Compressed Air System

The economics of operating regenerative desiccant dryers

Regenerative desiccant dryers are used in compressed air systems that require dew points to be below the minimum that refrigerated dryers can produce. Read these insights into their operation.

By Noel Corral and Andrew Sheaffer

Regenerative desiccant dryers are used in compressed air systems that require dew points to be below the minimum that refrigerated dryers can produce (generally 40 degrees Fahrenheit). Three types of regenerative desiccant dryers are widely used throughout industry: heatless, heated and blower purge.

The following discussion doesn’t address heat-of-compression (HOC) desiccant dryers, even though they require the least amount of energy to operate. The use of HOC dryers is limited to lubricant-free compressors.

Many plants require air quality that only regenerative desiccant dryers can produce. Unfortunately, in too many cases, the decision about which type of regenerative dryer to purchase is based on initial capital cost alone. This decision basis ignores the cost of energy that will be required to operate the dryer. Including energy cost can alter the economics of a purchase decision dramatically.

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Regenerative desiccant dryers use a desiccant medium to remove moisture from the compressed air stream. Wet air passes directly through the desiccant medium, which then adsorbs the moisture. The desiccant medium has a finite capacity for adsorbing moisture before it must be dried out, or regenerated. To do this, the tower containing saturated desiccant medium is depressurized and the accumulated water is driven off using purge air, heat or a combination of both. Desiccant dryers are generally of a twin-tower construction, with each tower containing its own desiccant bed. This allows one bed to dry compressed air as the other undergoes regeneration.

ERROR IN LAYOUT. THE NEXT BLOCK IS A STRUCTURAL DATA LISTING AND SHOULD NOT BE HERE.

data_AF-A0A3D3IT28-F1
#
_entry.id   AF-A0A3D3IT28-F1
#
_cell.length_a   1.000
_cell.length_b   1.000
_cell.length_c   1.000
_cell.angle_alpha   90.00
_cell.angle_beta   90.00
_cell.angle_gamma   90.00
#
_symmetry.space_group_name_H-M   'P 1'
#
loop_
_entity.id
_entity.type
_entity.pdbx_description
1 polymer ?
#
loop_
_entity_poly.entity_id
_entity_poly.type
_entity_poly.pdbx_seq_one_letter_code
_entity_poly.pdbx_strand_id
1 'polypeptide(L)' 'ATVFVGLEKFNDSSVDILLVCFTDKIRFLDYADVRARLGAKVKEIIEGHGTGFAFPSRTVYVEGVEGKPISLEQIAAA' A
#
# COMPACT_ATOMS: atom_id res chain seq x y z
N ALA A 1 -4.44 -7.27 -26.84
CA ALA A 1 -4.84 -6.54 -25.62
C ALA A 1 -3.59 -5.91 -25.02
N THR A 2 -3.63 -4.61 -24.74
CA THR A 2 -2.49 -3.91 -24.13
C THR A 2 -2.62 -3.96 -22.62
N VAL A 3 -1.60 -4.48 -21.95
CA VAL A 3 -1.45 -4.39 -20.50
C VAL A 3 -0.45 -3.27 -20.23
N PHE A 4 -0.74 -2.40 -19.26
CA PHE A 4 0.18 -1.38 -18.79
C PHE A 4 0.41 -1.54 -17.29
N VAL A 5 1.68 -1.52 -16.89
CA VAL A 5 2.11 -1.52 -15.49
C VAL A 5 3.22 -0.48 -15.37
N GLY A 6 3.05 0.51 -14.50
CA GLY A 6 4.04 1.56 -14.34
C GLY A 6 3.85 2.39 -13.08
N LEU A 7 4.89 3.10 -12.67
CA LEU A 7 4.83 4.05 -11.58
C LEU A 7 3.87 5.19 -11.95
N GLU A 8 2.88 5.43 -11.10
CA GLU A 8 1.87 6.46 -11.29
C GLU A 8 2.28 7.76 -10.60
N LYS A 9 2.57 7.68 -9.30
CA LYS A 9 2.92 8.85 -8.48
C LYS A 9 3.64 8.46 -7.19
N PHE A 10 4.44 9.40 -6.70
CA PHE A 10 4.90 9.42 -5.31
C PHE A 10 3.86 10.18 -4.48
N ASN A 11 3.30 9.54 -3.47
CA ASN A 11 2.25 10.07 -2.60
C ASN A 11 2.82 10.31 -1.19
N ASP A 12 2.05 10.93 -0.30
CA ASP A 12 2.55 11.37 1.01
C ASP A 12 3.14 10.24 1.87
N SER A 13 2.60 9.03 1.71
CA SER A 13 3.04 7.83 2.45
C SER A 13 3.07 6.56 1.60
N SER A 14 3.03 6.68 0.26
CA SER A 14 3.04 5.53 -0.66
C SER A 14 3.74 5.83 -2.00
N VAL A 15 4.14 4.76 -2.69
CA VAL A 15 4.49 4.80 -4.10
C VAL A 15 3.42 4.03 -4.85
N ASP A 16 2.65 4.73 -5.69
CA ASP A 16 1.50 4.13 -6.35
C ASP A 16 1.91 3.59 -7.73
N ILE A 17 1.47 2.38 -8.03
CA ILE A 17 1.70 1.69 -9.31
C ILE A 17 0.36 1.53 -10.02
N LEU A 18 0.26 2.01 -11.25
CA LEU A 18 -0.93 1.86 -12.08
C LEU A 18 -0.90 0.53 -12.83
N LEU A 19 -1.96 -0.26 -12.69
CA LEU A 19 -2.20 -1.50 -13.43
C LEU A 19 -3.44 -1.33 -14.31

The energy cost associated with operating a desiccant dryer depends primarily on how the desiccant is regenerated — using purge air, heat or a combination of both. Desiccant dryers are categorized by their method of regeneration, the three primary types of which are:

  • Heatless, which uses only compressed air as a purge
  • Heated, which uses both heat and compressed air to purge moisture
  • Blower purge, which uses air from an external blower, heat and minimal compressed air

The energy cost to operate each of these dryers depends on the amount of purge air used, the heater size and the blower motor size.

Heatless desiccant dryer